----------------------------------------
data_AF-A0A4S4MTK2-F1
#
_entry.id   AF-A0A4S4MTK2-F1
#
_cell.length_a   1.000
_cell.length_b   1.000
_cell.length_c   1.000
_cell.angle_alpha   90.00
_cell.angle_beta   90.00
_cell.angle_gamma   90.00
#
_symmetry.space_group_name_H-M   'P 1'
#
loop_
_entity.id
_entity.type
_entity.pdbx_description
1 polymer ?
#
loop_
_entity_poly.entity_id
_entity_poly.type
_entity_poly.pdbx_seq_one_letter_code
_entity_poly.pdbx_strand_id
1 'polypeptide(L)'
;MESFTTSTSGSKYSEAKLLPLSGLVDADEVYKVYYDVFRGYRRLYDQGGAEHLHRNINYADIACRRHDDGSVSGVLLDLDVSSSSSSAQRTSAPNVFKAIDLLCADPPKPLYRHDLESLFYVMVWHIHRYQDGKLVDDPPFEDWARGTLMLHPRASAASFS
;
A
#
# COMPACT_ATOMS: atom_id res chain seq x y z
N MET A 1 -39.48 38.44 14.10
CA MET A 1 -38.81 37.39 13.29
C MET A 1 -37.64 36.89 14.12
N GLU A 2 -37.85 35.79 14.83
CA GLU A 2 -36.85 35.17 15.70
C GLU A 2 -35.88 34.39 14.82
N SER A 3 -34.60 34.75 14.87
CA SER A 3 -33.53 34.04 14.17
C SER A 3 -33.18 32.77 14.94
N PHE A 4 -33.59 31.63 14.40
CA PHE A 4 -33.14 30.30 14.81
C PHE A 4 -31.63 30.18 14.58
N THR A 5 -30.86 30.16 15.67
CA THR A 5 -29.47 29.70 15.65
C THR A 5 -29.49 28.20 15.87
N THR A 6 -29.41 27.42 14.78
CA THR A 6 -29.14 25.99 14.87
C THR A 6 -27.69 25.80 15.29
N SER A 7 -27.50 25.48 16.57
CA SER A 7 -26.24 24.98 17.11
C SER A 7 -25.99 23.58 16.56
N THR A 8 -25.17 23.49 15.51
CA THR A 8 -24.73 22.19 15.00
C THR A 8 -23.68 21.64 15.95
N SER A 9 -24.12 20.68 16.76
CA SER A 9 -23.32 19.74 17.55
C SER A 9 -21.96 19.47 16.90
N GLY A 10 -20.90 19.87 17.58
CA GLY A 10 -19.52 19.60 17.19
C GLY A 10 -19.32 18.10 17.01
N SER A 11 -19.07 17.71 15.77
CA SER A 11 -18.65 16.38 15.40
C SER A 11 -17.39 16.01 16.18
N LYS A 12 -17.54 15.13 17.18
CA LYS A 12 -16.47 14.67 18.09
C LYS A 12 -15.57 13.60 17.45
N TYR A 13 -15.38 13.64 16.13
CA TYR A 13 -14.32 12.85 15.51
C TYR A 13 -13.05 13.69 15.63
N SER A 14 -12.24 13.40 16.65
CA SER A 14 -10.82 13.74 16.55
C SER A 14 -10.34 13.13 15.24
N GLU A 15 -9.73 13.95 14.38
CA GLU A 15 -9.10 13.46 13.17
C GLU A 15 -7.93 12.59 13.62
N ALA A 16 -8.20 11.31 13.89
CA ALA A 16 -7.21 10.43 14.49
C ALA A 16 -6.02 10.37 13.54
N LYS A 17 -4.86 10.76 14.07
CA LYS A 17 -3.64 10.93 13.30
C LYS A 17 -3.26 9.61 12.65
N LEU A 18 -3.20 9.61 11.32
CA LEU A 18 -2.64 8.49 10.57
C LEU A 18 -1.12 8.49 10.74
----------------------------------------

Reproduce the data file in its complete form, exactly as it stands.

data_AF-A0A4S4MTK2-F1
#
_entry.id   AF-A0A4S4MTK2-F1
#
_cell.length_a   1.000
_cell.length_b   1.000
_cell.length_c   1.000
_cell.angle_alpha   90.00
_cell.angle_beta   90.00
_cell.angle_gamma   90.00
#
_symmetry.space_group_name_H-M   'P 1'
#
loop_
_entity.id
_entity.type
_entity.pdbx_description
1 polymer ?
#
loop_
_entity_poly.entity_id
_entity_poly.type
_entity_poly.pdbx_seq_one_letter_code
_entity_poly.pdbx_strand_id
1 'polypeptide(L)'
;MESFTTSTSGSKYSEAKLLPLSGLVDADEVYKVYYDVFRGYRRLYDQGGAEHLHRNINYADIACRRHDDGSVSGVLLDLDVSSSSSSAQRTSAPNVFKAIDLLCADPPKPLYRHDLESLFYVMVWHIHRYQDGKLVDDPPFEDWARGTLMLHPRASAASFS
;
A
#
# COMPACT_ATOMS: atom_id res chain seq x y z
N MET A 1 -39.48 38.44 14.10
CA MET A 1 -38.81 37.39 13.29
C MET A 1 -37.64 36.89 14.12
N GLU A 2 -37.85 35.79 14.83
CA GLU A 2 -36.85 35.17 15.70
C GLU A 2 -35.88 34.39 14.82
N SER A 3 -34.60 34.75 14.87
CA SER A 3 -33.53 34.04 14.17
C SER A 3 -33.18 32.77 14.94
N PHE A 4 -33.59 31.63 14.40
CA PHE A 4 -33.14 30.30 14.81
C PHE A 4 -31.63 30.18 14.58
N THR A 5 -30.86 30.16 15.67
CA THR A 5 -29.47 29.70 15.65
C THR A 5 -29.49 28.20 15.87
N THR A 6 -29.41 27.42 14.78
CA THR A 6 -29.14 25.99 14.87
C THR A 6 -27.69 25.80 15.29
N SER A 7 -27.50 25.48 16.57
CA SER A 7 -26.24 24.98 17.11
C SER A 7 -25.99 23.58 16.56
N THR A 8 -25.17 23.49 15.51
CA THR A 8 -24.73 22.19 15.00
C THR A 8 -23.68 21.64 15.95
N SER A 9 -24.12 20.68 16.76
CA SER A 9 -23.32 19.74 17.55
C SER A 9 -21.96 19.47 16.90
N GLY A 10 -20.90 19.87 17.58
CA GLY A 10 -19.52 19.60 17.19
C GLY A 10 -19.32 18.10 17.01
N SER A 11 -19.07 17.71 15.77
CA SER A 11 -18.65 16.38 15.40
C SER A 11 -17.39 16.01 16.18
N LYS A 12 -17.54 15.13 17.18
CA LYS A 12 -16.47 14.67 18.09
C LYS A 12 -15.57 13.60 17.45
N TYR A 13 -15.38 13.64 16.13
CA TYR A 13 -14.32 12.85 15.51
C TYR A 13 -13.05 13.69 15.63
N SER A 14 -12.24 13.40 16.65
CA SER A 14 -10.82 13.74 16.55
C SER A 14 -10.34 13.13 15.24
N GLU A 15 -9.73 13.95 14.38
CA GLU A 15 -9.10 13.46 13.17
C GLU A 15 -7.93 12.59 13.62
N ALA A 16 -8.20 11.31 13.89
CA ALA A 16 -7.21 10.43 14.49
C ALA A 16 -6.02 10.37 13.54
N LYS A 17 -4.86 10.76 14.07
CA LYS A 17 -3.64 10.93 13.30
C LYS A 17 -3.26 9.61 12.65
N LEU A 18 -3.20 9.61 11.32
CA LEU A 18 -2.64 8.49 10.57
C LEU A 18 -1.12 8.49 10.74